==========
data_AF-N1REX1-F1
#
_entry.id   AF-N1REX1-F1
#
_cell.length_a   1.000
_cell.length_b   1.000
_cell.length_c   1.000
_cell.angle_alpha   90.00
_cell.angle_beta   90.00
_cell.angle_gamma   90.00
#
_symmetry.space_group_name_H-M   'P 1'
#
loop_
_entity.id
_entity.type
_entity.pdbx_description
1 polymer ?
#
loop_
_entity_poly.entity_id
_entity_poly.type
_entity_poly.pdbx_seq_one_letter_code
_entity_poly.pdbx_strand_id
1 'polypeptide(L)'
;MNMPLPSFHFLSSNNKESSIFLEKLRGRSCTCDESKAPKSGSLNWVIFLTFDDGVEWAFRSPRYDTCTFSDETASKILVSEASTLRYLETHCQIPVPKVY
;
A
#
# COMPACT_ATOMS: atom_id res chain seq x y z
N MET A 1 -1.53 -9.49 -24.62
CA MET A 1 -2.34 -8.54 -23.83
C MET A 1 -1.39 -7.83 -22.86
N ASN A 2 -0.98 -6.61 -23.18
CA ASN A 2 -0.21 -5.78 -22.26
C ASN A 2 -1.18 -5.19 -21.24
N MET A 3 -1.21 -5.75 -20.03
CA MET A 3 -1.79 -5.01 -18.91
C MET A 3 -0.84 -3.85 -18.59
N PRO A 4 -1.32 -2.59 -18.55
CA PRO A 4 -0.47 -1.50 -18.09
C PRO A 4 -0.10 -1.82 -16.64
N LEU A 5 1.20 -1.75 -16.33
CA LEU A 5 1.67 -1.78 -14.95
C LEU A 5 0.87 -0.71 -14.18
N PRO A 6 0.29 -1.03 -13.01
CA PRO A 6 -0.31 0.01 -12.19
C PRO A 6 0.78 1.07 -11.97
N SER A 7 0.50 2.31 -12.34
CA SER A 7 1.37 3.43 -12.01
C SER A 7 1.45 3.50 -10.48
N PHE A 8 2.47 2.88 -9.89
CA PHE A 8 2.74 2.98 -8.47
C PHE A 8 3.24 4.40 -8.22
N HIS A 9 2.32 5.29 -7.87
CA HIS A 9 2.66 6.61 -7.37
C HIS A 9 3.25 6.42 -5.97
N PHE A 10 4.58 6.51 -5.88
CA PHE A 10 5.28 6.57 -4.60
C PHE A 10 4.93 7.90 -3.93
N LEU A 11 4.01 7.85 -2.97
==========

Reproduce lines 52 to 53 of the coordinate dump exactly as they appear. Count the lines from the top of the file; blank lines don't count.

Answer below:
N PHE A 8 2.47 2.88 -9.89
CA PHE A 8 2.74 2.98 -8.47